Open Access Te Herenga Waka-Victoria University of Wellington
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Carbon nanomaterials as platforms for biosensors and atomic switch network devices

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posted on 2023-08-31, 03:35 authored by Hong Phan Nguyen

Carbon nanomaterials, such as carbon nanotubes (CNTs) and graphene, have attracted growing attention as sensing platforms for field effect transistor (FET) aptasensors due to their large surface area and real-time detection capability. Moreover, carbon nanotubes offer high levels of sensitivity for various analytes detection and use as network material to increase the stability in atomic switch network (ASN) devices. This thesis investigated the detection of small molecules using different carbon nanomaterial platforms, as well as the use of CNT networks for atomic switch networks.

First, CNT FET aptasensors have been investigated for the detection of adenosine using two different aptamer sequences, a 35-mer and a 27-mer. Limits of detection were found for adenosine of 100 pM and 320 nM for the 35-mer and 27-mer aptamers, with dissociation constants of 1.2 nM and 160 nM, respectively. Upon analyte recognition, the 35-mer adenosine aptamer adopts a compact G-quadruplex structure, while the 27-mer adenosine aptamer changes to a folded duplex. Using the CNT FET aptasensor platform, adenosine could be detected with high sensitivity over the range of 100 pM to 10 µM, highlighting the suitability of the CNT FET aptasensor platform for high-performance adenosine detection. The aptamer restructuring format is critical for high sensitivity with the G-quadruplex aptasensor having a 130-fold smaller dissociation constant than the duplex forming aptasensor.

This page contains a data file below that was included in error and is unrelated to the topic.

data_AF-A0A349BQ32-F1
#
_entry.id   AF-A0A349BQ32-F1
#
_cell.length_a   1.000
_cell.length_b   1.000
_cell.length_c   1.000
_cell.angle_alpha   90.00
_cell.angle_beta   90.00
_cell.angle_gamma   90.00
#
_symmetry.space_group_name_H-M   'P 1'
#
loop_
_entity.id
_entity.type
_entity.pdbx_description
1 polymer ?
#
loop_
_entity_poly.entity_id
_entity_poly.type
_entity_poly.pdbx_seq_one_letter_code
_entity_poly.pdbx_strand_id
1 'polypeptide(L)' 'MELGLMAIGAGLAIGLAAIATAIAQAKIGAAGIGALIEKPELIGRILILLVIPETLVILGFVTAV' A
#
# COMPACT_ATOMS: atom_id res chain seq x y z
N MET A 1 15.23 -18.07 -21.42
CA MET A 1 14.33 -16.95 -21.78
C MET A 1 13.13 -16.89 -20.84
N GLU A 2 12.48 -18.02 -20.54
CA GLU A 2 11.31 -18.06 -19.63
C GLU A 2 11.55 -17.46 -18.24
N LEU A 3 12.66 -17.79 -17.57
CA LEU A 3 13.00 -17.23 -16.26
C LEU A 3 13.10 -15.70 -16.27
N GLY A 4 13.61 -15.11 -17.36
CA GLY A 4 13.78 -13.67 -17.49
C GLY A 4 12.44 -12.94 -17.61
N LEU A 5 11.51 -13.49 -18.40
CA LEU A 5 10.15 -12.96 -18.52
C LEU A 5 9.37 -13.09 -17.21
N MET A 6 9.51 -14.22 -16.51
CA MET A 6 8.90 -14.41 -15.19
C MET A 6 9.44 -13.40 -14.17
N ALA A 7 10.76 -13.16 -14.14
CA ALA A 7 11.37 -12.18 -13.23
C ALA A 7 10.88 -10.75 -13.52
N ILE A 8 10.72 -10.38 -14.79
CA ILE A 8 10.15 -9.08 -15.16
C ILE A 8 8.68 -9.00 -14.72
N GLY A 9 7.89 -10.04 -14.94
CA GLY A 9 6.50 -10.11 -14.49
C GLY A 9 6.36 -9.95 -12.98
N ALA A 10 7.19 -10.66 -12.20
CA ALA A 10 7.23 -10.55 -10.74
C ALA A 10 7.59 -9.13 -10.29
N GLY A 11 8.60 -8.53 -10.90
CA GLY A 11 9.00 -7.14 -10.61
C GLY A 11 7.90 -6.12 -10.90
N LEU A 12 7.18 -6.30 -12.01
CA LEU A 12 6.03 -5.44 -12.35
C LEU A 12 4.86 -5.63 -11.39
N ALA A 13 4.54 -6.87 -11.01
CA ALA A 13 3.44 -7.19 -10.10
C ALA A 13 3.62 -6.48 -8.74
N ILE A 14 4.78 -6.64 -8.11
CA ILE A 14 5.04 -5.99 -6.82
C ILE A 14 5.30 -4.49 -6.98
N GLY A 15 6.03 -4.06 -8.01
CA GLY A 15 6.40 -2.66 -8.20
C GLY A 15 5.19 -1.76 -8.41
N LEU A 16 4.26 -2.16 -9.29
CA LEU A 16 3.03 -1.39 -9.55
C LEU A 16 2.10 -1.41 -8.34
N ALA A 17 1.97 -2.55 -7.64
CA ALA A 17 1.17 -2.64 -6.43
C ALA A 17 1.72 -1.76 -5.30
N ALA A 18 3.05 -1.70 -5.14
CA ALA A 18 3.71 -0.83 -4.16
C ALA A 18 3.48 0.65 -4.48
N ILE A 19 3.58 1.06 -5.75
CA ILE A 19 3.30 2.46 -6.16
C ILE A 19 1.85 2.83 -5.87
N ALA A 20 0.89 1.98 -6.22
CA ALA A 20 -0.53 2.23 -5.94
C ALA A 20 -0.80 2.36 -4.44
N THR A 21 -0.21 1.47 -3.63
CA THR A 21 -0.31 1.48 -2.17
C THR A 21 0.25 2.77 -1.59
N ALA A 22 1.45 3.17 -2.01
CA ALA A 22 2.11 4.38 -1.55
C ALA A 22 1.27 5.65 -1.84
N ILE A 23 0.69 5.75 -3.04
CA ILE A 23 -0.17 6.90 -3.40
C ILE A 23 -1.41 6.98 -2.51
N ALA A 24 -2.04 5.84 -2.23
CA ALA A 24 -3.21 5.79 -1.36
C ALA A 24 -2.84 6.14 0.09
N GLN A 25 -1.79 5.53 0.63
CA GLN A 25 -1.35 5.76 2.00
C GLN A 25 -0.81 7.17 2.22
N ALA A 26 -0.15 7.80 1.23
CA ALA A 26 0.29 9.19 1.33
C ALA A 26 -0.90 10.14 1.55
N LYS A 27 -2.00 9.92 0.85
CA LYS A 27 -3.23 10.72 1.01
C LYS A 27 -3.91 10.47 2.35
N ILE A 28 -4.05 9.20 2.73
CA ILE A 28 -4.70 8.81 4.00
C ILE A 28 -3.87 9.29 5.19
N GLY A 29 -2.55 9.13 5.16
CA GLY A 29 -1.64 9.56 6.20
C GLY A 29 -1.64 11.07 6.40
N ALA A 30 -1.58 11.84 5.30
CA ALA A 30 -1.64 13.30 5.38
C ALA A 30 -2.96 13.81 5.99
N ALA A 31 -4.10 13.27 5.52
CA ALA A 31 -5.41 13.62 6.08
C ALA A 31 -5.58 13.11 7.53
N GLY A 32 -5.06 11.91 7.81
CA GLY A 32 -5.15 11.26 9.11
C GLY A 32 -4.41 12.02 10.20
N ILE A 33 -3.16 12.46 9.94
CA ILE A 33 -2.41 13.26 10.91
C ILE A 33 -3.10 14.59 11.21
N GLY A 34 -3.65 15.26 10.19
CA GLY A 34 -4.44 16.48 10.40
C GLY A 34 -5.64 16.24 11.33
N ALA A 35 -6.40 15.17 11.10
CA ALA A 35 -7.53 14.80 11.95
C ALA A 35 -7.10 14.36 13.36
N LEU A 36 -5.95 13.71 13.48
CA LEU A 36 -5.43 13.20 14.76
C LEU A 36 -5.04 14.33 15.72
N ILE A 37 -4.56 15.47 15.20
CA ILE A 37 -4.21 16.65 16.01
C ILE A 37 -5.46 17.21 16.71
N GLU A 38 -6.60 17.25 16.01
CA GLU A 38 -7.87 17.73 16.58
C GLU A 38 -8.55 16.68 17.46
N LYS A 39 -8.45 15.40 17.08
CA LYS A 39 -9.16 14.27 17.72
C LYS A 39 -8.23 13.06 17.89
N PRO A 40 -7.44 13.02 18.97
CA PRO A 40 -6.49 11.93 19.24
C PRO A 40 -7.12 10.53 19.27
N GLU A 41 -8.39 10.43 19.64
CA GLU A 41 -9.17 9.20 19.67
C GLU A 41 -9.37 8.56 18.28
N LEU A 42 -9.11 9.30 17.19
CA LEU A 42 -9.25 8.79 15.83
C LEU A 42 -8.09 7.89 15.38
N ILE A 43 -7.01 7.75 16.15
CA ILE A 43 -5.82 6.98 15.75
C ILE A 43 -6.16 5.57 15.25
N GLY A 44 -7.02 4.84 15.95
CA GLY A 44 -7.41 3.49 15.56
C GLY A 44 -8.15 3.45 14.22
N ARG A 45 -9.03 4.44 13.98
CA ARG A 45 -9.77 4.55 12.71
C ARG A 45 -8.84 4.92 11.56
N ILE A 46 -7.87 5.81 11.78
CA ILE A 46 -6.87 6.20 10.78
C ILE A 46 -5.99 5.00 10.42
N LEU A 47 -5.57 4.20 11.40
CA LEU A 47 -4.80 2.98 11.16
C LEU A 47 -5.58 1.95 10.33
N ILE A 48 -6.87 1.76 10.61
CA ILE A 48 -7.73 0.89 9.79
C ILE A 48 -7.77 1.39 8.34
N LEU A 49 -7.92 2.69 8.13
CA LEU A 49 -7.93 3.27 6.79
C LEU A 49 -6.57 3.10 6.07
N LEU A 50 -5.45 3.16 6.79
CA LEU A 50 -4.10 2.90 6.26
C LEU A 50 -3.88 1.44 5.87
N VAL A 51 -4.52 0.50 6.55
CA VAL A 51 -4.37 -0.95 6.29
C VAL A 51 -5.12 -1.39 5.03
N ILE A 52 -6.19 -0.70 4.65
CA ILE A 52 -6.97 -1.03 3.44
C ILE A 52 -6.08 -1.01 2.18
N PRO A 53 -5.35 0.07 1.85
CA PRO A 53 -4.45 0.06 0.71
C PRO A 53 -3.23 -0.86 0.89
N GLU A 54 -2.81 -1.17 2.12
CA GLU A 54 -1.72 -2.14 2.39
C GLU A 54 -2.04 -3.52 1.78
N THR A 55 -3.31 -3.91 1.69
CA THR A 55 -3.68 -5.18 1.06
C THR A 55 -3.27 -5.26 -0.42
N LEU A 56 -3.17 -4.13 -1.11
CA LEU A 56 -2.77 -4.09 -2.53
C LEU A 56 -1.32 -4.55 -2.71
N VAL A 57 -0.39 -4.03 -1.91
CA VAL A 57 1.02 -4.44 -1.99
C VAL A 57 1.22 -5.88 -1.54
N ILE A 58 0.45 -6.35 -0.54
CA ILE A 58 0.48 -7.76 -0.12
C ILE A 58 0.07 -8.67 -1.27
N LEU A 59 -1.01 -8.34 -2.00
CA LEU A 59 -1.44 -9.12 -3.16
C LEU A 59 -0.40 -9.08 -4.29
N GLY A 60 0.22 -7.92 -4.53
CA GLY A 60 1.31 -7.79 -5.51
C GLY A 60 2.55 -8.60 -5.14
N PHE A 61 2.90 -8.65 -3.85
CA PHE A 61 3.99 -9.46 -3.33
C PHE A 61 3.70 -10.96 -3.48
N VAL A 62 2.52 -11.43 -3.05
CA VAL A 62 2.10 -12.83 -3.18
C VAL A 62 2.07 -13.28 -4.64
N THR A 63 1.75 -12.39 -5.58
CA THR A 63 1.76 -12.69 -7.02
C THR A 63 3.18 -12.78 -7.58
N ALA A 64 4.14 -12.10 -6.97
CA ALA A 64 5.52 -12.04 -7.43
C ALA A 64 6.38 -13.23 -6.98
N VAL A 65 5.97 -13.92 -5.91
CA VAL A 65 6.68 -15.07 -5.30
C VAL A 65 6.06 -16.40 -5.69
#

Second, a comparison between CNT and graphene FET aptasensors has been conducted. CNT and graphene both showed high sensitivity over the detection range of 1 nM to 10 mM, with dissociation constants of 7.7 nM for CNT and 5.7 nM for graphene. Compared to graphene FET aptasensors, CNT FET showed eight times higher sensitivity. CNT FETs have also performed for the study of dose-dependent sensing to evaluate the feasibility of realizing accurate biosensors. Regardless of the initial ligand concentration, the real-time current responses showed a similar signal on the first added concentration. These sensing signals could be caused by CNT platforms with sensing hotspots between CNT junctions, or by over-detecting sensing sites, rather than accurately responding to analyte levels. Overall, the sensing performance of CNT FET aptasensors is influenced by the initial concentrations, with the sensitivity increasing for lower initial concentrations near the detection limit.

Finally, distribution of silver nanowires (AgNWs) in the ASN device results in Joule heating at nanowire contact points, resulting in failure of AgNWs in the network. To solve this issue, a combination of CNTs has been used to improve the electrical conductivity of ASN devices. A simple fabrication and measurement method for ASN-based CNT devices has been developed. This technique involves drop-casting silver nanowires onto a patterned carbon nanotube network and then exposing it to sulfur gas to activate the nanowires. Because of the combination of AgNWs and carbon nanotubes, the ASN system improved contact resistance and switching events. This work is the first to introduce an Ag/Ag2S/Ag carbon nanotube that can be potentially applied to neural computing applications. Plans for future work are presented at the end of this thesis.


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Date of Award



Te Herenga Waka—Victoria University of Wellington

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Degree Grantor

Te Herenga Waka—Victoria University of Wellington

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Degree Name

Doctor of Philosophy

ANZSRC Socio-Economic Outcome code

280120 Expanding knowledge in the physical sciences

ANZSRC Type Of Activity code

4 Experimental research

Victoria University of Wellington Item Type

Awarded Doctoral Thesis



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Victoria University of Wellington School

School of Chemical and Physical Sciences


Plank, Natalie; Natali, Franck